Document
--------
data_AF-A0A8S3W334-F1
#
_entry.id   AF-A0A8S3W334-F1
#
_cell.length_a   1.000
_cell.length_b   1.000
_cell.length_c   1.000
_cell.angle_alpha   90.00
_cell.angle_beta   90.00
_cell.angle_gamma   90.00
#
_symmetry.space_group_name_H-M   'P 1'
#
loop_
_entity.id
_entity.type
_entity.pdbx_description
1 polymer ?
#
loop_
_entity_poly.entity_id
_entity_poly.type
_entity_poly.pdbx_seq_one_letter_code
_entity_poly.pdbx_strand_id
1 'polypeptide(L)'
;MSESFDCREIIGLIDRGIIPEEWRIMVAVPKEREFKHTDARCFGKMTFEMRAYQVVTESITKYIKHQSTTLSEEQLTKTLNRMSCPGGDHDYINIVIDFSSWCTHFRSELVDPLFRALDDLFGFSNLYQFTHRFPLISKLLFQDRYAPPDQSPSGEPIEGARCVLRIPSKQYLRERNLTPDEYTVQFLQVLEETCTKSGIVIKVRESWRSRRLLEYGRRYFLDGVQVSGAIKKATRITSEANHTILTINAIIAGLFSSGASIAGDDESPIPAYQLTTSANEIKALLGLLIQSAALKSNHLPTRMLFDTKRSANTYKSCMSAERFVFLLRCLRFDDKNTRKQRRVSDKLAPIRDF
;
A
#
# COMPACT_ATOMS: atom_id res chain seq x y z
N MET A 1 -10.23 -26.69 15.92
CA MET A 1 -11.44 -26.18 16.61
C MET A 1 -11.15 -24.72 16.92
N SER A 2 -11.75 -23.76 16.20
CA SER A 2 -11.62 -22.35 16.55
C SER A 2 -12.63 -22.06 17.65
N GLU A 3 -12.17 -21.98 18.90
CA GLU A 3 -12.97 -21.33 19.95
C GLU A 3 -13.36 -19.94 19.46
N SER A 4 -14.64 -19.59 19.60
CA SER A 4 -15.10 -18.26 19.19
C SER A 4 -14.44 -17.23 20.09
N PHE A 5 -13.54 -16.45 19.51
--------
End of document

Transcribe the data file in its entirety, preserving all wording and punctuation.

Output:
data_AF-A0A8S3W334-F1
#
_entry.id   AF-A0A8S3W334-F1
#
_cell.length_a   1.000
_cell.length_b   1.000
_cell.length_c   1.000
_cell.angle_alpha   90.00
_cell.angle_beta   90.00
_cell.angle_gamma   90.00
#
_symmetry.space_group_name_H-M   'P 1'
#
loop_
_entity.id
_entity.type
_entity.pdbx_description
1 polymer ?
#
loop_
_entity_poly.entity_id
_entity_poly.type
_entity_poly.pdbx_seq_one_letter_code
_entity_poly.pdbx_strand_id
1 'polypeptide(L)'
;MSESFDCREIIGLIDRGIIPEEWRIMVAVPKEREFKHTDARCFGKMTFEMRAYQVVTESITKYIKHQSTTLSEEQLTKTLNRMSCPGGDHDYINIVIDFSSWCTHFRSELVDPLFRALDDLFGFSNLYQFTHRFPLISKLLFQDRYAPPDQSPSGEPIEGARCVLRIPSKQYLRERNLTPDEYTVQFLQVLEETCTKSGIVIKVRESWRSRRLLEYGRRYFLDGVQVSGAIKKATRITSEANHTILTINAIIAGLFSSGASIAGDDESPIPAYQLTTSANEIKALLGLLIQSAALKSNHLPTRMLFDTKRSANTYKSCMSAERFVFLLRCLRFDDKNTRKQRRVSDKLAPIRDF
;
A
#
# COMPACT_ATOMS: atom_id res chain seq x y z
N MET A 1 -10.23 -26.69 15.92
CA MET A 1 -11.44 -26.18 16.61
C MET A 1 -11.15 -24.72 16.92
N SER A 2 -11.75 -23.76 16.20
CA SER A 2 -11.62 -22.35 16.55
C SER A 2 -12.63 -22.06 17.65
N GLU A 3 -12.17 -21.98 18.90
CA GLU A 3 -12.97 -21.33 19.95
C GLU A 3 -13.36 -19.94 19.46
N SER A 4 -14.64 -19.59 19.60
CA SER A 4 -15.10 -18.26 19.19
C SER A 4 -14.44 -17.23 20.09
N PHE A 5 -13.54 -16.45 19.51